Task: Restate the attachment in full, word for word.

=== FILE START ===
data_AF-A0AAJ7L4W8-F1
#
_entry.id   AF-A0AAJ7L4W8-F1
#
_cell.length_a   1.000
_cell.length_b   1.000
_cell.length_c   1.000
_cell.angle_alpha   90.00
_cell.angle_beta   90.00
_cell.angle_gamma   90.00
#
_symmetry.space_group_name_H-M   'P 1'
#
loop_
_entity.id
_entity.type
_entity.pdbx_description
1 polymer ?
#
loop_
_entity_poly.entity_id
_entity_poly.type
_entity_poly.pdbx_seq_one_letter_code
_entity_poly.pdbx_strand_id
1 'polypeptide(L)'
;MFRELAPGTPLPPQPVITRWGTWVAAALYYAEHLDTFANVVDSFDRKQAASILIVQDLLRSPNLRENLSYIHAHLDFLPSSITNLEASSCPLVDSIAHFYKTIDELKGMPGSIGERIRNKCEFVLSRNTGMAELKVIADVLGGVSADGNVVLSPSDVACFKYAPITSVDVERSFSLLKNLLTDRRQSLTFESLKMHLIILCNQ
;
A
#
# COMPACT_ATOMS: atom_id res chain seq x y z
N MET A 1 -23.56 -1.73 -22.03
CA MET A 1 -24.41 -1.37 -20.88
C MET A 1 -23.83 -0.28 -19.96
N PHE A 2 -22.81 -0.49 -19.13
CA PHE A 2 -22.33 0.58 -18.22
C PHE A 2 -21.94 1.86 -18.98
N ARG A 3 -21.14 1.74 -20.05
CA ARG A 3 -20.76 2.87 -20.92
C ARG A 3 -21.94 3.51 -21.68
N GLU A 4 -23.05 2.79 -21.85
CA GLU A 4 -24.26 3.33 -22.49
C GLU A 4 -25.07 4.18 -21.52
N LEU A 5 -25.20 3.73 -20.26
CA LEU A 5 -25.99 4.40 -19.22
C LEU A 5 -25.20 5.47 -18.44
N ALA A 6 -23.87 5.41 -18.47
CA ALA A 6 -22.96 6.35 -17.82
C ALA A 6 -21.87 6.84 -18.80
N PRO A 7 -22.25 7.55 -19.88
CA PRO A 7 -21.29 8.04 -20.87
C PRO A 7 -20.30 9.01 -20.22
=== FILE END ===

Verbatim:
data_AF-A0AAJ7L4W8-F1
#
_entry.id   AF-A0AAJ7L4W8-F1
#
_cell.length_a   1.000
_cell.length_b   1.000
_cell.length_c   1.000
_cell.angle_alpha   90.00
_cell.angle_beta   90.00
_cell.angle_gamma   90.00
#
_symmetry.space_group_name_H-M   'P 1'
#
loop_
_entity.id
_entity.type
_entity.pdbx_description
1 polymer ?
#
loop_
_entity_poly.entity_id
_entity_poly.type
_entity_poly.pdbx_seq_one_letter_code
_entity_poly.pdbx_strand_id
1 'polypeptide(L)'
;MFRELAPGTPLPPQPVITRWGTWVAAALYYAEHLDTFANVVDSFDRKQAASILIVQDLLRSPNLRENLSYIHAHLDFLPSSITNLEASSCPLVDSIAHFYKTIDELKGMPGSIGERIRNKCEFVLSRNTGMAELKVIADVLGGVSADGNVVLSPSDVACFKYAPITSVDVERSFSLLKNLLTDRRQSLTFESLKMHLIILCNQ
;
A
#
# COMPACT_ATOMS: atom_id res chain seq x y z
N MET A 1 -23.56 -1.73 -22.03
CA MET A 1 -24.41 -1.37 -20.88
C MET A 1 -23.83 -0.28 -19.96
N PHE A 2 -22.81 -0.49 -19.13
CA PHE A 2 -22.33 0.58 -18.22
C PHE A 2 -21.94 1.86 -18.98
N ARG A 3 -21.14 1.74 -20.05
CA ARG A 3 -20.76 2.87 -20.92
C ARG A 3 -21.94 3.51 -21.68
N GLU A 4 -23.05 2.79 -21.85
CA GLU A 4 -24.26 3.33 -22.49
C GLU A 4 -25.07 4.18 -21.52
N LEU A 5 -25.20 3.73 -20.26
CA LEU A 5 -25.99 4.40 -19.22
C LEU A 5 -25.20 5.47 -18.44
N ALA A 6 -23.87 5.41 -18.47
CA ALA A 6 -22.96 6.35 -17.82
C ALA A 6 -21.87 6.84 -18.80
N PRO A 7 -22.25 7.55 -19.88
CA PRO A 7 -21.29 8.04 -20.87
C PRO A 7 -20.30 9.01 -20.22